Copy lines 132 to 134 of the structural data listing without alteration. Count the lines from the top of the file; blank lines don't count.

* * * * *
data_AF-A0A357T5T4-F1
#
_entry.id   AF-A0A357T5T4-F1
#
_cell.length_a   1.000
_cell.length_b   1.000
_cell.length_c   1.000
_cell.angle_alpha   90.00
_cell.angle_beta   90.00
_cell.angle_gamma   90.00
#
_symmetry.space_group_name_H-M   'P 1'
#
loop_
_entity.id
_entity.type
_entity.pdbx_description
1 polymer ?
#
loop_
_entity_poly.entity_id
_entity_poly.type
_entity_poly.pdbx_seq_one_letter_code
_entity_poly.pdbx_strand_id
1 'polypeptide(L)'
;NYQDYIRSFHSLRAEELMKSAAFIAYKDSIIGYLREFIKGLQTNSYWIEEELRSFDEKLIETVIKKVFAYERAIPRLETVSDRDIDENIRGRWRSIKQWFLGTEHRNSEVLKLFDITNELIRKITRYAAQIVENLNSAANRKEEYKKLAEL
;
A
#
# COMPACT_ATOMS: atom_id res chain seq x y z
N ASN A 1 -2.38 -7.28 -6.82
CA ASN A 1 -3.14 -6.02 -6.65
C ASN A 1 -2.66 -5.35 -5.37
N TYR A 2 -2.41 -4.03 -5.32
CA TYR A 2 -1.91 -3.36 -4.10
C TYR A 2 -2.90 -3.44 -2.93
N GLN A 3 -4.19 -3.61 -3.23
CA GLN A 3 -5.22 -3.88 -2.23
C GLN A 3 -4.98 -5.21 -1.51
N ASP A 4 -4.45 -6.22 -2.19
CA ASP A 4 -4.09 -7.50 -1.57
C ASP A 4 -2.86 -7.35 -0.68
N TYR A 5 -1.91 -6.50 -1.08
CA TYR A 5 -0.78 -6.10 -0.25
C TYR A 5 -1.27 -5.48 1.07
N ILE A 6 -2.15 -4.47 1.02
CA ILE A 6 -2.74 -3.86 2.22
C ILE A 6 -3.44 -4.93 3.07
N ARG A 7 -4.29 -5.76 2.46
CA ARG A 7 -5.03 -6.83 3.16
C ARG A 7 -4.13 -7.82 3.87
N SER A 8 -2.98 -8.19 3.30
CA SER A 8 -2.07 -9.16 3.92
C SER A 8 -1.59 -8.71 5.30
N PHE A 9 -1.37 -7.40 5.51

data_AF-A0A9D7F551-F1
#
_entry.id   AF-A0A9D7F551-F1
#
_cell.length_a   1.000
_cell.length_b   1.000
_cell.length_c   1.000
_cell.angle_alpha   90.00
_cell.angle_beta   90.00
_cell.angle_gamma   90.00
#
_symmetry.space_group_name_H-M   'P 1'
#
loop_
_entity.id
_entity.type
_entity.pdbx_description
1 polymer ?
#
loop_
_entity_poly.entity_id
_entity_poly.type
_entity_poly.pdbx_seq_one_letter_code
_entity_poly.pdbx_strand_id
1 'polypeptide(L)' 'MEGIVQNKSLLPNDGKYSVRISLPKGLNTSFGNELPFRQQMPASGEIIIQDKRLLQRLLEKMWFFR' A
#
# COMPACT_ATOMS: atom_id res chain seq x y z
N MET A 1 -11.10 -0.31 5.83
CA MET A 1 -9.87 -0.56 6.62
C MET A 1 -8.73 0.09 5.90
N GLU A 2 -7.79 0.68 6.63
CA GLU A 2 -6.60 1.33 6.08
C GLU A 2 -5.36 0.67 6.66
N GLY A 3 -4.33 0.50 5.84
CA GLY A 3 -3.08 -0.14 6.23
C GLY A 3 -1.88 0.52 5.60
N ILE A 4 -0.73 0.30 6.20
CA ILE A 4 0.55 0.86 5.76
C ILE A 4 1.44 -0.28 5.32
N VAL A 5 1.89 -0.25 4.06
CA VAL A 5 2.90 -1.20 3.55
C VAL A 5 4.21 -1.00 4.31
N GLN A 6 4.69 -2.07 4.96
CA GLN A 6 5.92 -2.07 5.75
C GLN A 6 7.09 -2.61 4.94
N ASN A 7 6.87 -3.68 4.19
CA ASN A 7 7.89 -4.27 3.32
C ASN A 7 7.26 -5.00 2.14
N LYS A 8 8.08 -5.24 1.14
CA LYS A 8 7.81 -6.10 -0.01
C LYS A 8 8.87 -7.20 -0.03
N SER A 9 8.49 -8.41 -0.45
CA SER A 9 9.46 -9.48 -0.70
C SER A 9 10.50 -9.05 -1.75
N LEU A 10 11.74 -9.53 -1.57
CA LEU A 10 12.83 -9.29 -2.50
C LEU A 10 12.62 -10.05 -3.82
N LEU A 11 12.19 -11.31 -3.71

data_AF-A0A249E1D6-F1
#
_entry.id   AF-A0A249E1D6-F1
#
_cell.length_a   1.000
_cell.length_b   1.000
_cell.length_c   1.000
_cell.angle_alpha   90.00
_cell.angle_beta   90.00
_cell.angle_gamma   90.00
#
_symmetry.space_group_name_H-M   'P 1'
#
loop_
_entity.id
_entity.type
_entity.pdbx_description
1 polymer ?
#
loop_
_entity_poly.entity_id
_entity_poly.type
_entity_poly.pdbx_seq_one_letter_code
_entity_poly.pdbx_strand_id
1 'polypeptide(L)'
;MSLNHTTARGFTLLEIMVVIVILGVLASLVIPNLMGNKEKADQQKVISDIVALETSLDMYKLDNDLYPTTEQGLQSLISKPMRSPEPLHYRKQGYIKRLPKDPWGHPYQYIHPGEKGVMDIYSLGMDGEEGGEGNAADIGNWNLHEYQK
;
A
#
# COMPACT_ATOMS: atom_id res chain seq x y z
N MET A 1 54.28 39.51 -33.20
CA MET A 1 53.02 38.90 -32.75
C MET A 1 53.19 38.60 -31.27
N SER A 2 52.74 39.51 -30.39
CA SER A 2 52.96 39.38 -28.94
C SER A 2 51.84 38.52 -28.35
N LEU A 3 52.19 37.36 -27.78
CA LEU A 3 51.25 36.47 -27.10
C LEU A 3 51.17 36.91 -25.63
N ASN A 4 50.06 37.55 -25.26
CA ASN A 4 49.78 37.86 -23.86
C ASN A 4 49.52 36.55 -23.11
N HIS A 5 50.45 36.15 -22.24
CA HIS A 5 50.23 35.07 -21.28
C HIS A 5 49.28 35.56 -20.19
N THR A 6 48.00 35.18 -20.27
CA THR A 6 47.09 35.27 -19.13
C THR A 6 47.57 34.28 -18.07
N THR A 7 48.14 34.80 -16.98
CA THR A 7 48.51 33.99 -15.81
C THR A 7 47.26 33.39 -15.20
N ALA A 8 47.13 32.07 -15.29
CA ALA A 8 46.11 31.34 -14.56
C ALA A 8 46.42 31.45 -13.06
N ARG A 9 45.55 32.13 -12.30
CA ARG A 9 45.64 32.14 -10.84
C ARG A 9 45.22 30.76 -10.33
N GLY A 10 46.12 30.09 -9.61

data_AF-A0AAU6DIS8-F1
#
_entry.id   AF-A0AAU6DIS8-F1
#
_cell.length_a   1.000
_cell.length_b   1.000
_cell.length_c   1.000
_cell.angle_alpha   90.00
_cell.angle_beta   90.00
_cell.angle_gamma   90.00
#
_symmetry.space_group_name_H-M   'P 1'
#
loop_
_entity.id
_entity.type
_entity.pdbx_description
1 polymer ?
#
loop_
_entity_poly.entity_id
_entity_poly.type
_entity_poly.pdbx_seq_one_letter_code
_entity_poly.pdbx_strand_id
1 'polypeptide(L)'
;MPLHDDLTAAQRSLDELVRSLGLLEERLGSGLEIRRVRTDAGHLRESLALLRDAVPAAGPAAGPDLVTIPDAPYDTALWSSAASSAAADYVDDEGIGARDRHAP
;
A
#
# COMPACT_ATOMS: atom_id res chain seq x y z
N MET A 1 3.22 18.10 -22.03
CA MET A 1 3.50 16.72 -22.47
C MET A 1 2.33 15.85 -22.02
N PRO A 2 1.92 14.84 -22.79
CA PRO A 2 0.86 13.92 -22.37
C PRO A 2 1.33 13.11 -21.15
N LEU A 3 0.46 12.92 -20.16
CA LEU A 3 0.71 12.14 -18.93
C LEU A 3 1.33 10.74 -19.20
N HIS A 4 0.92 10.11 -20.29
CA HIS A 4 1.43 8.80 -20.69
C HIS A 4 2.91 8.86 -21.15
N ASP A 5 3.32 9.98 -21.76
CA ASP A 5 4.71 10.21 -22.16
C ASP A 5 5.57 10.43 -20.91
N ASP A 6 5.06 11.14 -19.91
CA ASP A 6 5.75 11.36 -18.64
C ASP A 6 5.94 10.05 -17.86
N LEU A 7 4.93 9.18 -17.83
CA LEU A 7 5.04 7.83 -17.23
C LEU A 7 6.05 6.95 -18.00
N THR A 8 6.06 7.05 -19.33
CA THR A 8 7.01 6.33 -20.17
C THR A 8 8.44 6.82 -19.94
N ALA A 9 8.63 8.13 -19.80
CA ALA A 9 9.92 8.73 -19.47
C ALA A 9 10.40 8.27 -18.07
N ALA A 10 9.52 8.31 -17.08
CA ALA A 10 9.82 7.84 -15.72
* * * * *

#
loop_
_entity_poly.entity_id